Financial impacts of a phased federal ban on single-use plastic cutlery will depend on the costs of alternatives for some eastern PEI restaurants.
Wanda Ching, owner of Gillis’ Drive-In in Montague, says she has scoped the cost for options such as bamboo cutlery recently and found she would pay 150 per cent what she currently affords. But she is not sure how the market and price of alternatives might change in tandem with the ban.
“It’s really hard to say at this point,” Ms Ching said.
Luke Beck, owner of Kays Wholesaler in Charlottetown, which supplies some Kings County restaurants with eco-friendly materials, echoed Ms Ching. It’s too early to know how prices of alternatives will be affected.
If supply increases, the price could lower but if it stays stagnant and demand for alternatives rises, so could the prices.
Many local restaurants have already shifted to plastic-free cutlery and take-out boxes.
The owner of the Lucky Bean Cafe in Montague, Matt Clendining, says he has always gone out of his way to find environmentally-friendly supplies.
“We all need to keep leading like this,” he said.
Plastic checkout bags, ring carriers, stir sticks; and straws (with some exceptions) will be banned across Canada by 2023. So will exports of these items by 2025.
Sarah Flynn, with The Lobster Shack at Souris Beach Gateway Park, says there may be a cost up-front for some businesses while they adjust. For instance The Lobster Shack may look into installing a dishwasher and buying reusable oyster serving trays, but in the long run, Ms Flynn expects this may save costs.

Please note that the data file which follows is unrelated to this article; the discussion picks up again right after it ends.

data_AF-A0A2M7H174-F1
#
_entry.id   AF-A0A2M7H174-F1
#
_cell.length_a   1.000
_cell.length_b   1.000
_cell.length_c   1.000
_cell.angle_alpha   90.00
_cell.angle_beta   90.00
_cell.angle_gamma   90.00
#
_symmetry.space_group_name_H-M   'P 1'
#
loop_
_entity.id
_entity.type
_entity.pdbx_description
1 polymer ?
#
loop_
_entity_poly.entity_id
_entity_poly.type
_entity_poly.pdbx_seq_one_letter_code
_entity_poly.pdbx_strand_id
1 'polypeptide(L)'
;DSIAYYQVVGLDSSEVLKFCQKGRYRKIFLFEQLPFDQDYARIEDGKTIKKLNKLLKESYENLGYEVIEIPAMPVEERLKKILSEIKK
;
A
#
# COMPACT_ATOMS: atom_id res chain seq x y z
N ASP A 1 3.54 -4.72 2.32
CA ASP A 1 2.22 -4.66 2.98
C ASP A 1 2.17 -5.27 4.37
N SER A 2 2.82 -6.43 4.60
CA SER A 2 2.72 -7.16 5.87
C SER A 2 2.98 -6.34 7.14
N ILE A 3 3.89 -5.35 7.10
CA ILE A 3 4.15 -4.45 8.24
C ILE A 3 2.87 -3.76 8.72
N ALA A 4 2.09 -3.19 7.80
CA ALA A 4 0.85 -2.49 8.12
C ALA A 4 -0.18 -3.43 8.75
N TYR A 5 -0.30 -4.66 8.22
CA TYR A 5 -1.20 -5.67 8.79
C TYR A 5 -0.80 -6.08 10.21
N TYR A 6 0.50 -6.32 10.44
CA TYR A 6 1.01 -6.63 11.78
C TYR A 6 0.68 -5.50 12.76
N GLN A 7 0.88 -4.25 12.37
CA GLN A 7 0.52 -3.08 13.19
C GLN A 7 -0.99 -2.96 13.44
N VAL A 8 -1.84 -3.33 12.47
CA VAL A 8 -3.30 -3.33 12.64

She hopes the ban will encourage wider availability and variety of biodegradable alternatives. The Lobster Shack already uses compostable plastic cutlery and environmentally-friendly supplies when possible.
“I think it’s a great way for the world to go,” Ms Flynn said.
Caroline Farrell, owner of the The Home Plate Restaurant and Bakery in Murray River, says she already uses paper take-out boxes mostly because she finds them best at maintaining the quality of the food served.
“The food doesn’t sweat as much,” she said, comparing paper boxes to other materials such as Styrofoam. The only major change she will have to make is swapping out her plastic straws.
Ms Farrell said she has stuck with the plastic straws with her customers in mind.
“If it’s going to feel like scratching nails when you take a drink, it shouldn’t be like that should it?” she said, suggesting there may be more effective ways to reduce pollution than banning straws.
Anthony Merante, with Oceana Canada, a group that advocated for the ban says, while some people might not like the feeling of paper straws or bamboo cutlery, he expects it will have a two-fold effect he views as positive. He says people will reconsider the conveniences they really need causing a reduction in harmful, needless waste, and Canada will find alternative, less harmful solutions.
“We will see fewer sea turtles harmed by believing plastic bags are edible jelly fish, fewer whales washing up on shore with their stomachs full of plastics and less plastic will leak from across the country into our waterways and oceans,” he said.
Mr Merante says both Islanders’ quick reaction to the pandemic and the province’s shift to ban plastic checkout bags before the rest of the country demonstrate Islanders are adaptable and ready to change their habits for causes they value.
Tony Walker, associate professor of Dalhousie’s School for Resource and Environmental Studies says this ban alone will have an incremental effect on mitigating pollution harmful to ocean ecosystems but a positive effect nonetheless.
“You’ve got to make positive steps and this is just one of those steps toward a zero plastic waste future. If you don’t take tiny steps now, we won’t see progress in the future.”
Rachel Collier, Local Journalism Initiative Reporter, The Eastern Graphic